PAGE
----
As I sat down to write a blog post yesterday (note: now 2 days ago) around midnight, the quiet of the night was interrupted by not one explosion but two. I ran to the door (I know, counter-intuitive) and heard the tat-tat-tat-tat of gunfire. I know that for most people, it is hard to fathom the sounds of a war so close by. For those of us who live in the neighborhoods along the edge of the Rio Grande, the border between the US and Mexico, it is not uncommon these last few years since the cartel wars have been in full swing in neighboring Nuevo Laredo.
My neighbor called immediately asking if I had heard. Of course I had. Night is the only time the stillness can be broken in such a jarring way. Incidents happen during the day but traffic, the crowds, the daytime hustle and bustle…
Readers, I started writing this post on February 29th. I meant to finish it but time got away from me. Last night, I also heard some light shooting. I know, it sounds odd to say “light shooting” but if you can only hear a few gun shots here and there, it is very different than a cuerno de chivo (a machine gun, usually an AK-47) receiving a response equally as powerful.
I am not scared. I have repeatedly let you know that I don’t fear a battle on U.S. soil. That doesn’t mean I don’t consider the “what ifs…”
At noon, I was at a meeting with various law enforcement agencies. I asked Laredo Police if they knew what had happened the night of the explosions two days ago. At that moment, a Border Patrol agent said there was a massive fight taking place on the Mexican side. He said there were reports near the downtown of Nuevo Laredo but from other sources later, the battle seemed to have been in various parts but concentrating in downtown (check out ValleyCentral.com’s report which is more detailed than our local English media or Univision’s KLDO local reporting).
By coincidence, I had been talking to Assistant Chief Torres about emergency situations and how to notify the general population in cases of evacuation or needing people to stay put. He is usually smiling but I guess my phone in his face made him kick into serious mode.
The topic is not new, I have been asking these questions for a while. I ask because I recall the drills for tornadoes, the emergency sirens being tested once a month, and the meeting points encouraged by city officials in case of home fires. But that was not in Laredo, that was growing up in the Midwest. Here in Laredo, I know of nothing but the reverse911 system that was recently added and that seems to have been used only one time. The system only works with landlines. Chief Torres also mentioned the possibility, not a for sure, but possibility of beginning to use social media to also get messages out. The Laredo Fire Department uses twitter to notify of the occasional incident but it is too sporadic to be truly useful.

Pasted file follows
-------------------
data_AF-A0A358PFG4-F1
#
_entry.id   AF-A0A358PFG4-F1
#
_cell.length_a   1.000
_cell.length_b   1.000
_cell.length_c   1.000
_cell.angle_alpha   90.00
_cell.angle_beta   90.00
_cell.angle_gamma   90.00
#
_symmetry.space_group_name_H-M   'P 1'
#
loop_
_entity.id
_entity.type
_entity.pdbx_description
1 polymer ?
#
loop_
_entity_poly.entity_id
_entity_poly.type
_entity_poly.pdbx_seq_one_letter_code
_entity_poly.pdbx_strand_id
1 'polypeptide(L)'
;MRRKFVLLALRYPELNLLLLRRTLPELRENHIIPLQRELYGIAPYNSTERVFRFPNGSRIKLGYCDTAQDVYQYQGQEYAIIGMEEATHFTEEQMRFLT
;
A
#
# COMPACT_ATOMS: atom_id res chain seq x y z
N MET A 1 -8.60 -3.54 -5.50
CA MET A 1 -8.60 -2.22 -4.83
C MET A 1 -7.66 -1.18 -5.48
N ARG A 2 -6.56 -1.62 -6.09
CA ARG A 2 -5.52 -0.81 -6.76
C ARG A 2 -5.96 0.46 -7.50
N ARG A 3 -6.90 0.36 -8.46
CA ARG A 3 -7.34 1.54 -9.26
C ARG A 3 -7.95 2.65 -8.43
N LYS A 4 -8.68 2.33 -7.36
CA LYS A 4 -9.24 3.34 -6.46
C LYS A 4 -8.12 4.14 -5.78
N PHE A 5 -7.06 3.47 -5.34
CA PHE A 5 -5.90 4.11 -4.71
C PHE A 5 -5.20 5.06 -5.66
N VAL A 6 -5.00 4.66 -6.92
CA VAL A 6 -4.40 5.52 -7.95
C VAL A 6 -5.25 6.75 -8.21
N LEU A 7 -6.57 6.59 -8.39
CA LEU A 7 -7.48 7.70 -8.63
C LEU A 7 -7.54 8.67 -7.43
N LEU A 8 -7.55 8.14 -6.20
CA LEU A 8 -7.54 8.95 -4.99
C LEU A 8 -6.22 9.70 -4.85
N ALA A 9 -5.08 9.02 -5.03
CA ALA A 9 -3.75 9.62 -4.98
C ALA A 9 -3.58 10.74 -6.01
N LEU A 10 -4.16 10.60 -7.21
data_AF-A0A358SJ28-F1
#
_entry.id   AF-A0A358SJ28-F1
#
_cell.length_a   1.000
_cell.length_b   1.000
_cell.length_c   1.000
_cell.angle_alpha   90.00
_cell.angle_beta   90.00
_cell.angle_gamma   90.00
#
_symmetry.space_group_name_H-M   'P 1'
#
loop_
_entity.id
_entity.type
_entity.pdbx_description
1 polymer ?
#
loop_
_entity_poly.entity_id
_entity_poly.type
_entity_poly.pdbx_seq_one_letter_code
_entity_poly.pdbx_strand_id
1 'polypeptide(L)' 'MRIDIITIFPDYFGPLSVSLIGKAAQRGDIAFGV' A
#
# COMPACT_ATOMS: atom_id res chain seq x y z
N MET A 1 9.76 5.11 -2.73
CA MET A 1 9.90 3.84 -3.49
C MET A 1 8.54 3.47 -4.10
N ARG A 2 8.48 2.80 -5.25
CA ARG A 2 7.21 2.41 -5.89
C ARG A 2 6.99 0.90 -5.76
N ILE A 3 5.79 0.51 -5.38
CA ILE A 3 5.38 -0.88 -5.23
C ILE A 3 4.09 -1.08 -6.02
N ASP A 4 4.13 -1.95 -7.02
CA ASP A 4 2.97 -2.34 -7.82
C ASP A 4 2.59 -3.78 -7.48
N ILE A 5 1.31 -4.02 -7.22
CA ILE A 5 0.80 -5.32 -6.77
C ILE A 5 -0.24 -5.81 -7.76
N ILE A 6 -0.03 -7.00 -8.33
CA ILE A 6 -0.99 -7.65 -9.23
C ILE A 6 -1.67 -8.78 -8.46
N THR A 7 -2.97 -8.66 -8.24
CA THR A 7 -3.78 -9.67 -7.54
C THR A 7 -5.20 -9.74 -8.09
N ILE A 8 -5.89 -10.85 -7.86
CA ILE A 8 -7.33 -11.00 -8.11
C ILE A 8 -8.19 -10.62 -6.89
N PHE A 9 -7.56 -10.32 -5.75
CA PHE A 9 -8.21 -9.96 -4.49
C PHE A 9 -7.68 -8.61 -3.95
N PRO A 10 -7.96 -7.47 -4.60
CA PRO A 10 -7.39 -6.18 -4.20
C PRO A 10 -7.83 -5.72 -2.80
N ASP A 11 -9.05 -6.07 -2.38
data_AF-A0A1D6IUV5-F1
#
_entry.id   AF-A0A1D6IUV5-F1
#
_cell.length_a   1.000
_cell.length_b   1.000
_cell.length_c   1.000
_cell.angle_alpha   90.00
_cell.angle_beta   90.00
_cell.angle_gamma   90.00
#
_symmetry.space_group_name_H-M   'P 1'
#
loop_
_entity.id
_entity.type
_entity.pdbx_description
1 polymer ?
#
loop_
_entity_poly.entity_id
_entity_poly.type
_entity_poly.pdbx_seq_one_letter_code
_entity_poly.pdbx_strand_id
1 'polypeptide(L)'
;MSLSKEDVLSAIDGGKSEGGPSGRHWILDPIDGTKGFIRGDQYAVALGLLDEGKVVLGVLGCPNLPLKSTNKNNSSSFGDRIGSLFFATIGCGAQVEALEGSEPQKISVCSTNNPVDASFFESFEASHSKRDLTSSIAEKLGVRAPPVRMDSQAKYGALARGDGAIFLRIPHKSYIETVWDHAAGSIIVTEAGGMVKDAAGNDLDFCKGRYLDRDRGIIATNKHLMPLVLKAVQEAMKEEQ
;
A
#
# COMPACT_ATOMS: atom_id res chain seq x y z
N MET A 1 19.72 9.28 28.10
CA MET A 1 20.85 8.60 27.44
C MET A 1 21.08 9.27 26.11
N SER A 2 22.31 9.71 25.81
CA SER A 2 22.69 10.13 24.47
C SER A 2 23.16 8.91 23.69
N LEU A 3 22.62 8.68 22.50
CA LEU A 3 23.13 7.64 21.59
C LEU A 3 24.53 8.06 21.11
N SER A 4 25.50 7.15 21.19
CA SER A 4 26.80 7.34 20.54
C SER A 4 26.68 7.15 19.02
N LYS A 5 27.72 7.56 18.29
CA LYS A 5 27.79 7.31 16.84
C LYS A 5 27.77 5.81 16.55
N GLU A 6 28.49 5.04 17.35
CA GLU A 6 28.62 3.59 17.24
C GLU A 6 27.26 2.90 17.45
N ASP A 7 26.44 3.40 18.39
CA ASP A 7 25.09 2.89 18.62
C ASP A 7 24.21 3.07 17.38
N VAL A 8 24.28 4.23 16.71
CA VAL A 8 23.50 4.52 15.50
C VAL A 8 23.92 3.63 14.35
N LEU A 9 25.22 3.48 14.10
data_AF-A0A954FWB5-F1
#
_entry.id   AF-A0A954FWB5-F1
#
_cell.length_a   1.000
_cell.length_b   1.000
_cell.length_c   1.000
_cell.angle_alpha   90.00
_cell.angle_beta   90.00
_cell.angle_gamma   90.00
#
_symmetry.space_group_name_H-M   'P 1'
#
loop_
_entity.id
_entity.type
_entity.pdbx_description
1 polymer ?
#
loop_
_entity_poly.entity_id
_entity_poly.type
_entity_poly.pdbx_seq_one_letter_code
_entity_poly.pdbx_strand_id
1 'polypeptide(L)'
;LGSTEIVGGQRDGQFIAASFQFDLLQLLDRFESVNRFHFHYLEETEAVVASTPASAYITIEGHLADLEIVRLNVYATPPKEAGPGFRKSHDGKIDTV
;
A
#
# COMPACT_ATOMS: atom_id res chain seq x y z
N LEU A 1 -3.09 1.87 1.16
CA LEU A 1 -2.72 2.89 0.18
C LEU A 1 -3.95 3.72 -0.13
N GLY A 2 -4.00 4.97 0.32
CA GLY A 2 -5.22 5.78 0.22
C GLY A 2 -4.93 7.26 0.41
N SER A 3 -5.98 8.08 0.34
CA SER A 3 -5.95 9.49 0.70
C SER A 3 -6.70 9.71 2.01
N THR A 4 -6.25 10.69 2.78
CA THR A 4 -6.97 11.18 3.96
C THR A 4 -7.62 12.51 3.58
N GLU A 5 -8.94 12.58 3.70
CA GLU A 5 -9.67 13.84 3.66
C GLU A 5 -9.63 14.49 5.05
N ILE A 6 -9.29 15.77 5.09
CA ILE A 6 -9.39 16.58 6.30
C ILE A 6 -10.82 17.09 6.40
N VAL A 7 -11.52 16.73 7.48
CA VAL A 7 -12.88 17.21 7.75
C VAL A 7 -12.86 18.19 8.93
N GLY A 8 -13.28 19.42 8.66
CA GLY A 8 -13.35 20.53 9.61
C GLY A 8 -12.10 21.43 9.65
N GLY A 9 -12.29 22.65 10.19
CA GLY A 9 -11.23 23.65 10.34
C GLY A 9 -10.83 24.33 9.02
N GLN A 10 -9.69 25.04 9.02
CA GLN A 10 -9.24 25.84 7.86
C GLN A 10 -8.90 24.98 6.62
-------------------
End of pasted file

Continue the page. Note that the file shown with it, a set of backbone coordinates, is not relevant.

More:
The most frustrating example of the lack of communication to regular Joe Schmoe residents like me has to be the recent explosion of gas tanks in the Heights neighborhood. By coincidence, I was online and I heard and I was surprised that it was coming not from the South but inside the city of Laredo. My unexpected role was of sharing information, sharing photos, dispelling fake photos, and trying to calm a public with many questions but nowhere to turn to for information except the instancy of social media. The evening news had already been broadcast, the newspaper was being worked on for the following morning and no information was coming from public officials until hours later when fear had already created some chaos. Even though I had not posted anything on the blog, within those hours, it received well over 1,000 hits in a couple hours from people wanting to know what was happening.
But… this post is about what I hear. Right now, as I type away (12:30am), helicopters have been passing back and forth and back and forth. I haven’t gone outside to see if they are U.S. Customs or other federal agency or the dreaded black ‘copters of the Mexican military which might indicate something else is brewing in our sister city.
As I get ready to go to sleep, I hope to not to be awakened by the sound of gunfire (I am a light sleeper, El Partner doesn’t hear a thing but he knows when I sit up). I still trust that is is not a safety problem for residents on the U.S. side of the border, but I feel for the innocent lives who unfortunately do more than hear the war taking place.
By coincidence, March 2nd will be the opening night for the movie Murder Capital at Hollywood Theater in Laredo, Texas. This is the description of the film about the city of Juarez, another border community across from El Paso, Texas.
STORY-In 2011, the biggest story in Juarez is that the murder rate is down about 33 percent from 2010.
While many might consider this a victory, it is not. About 2,000 more murders occurred in 2011, most of them going unsolved.
“Murder Capital of the World” recaps the biggest events in 2011 from this poor, industrial city.
The “old” mayor is the “new” mayor. A controversial new police chief takes the city by storm, a pot-smuggling operation becomes more prominent, a shoot-out at the municipal prison and many efforts to repair the cities violent image are all anaylzed. The upcoming 2012 presidential election in Mexico is reviewed as well.
It sounds like a definite must-see documentary. No more helicopter sounds, now I’m off to relish in the silence of peace.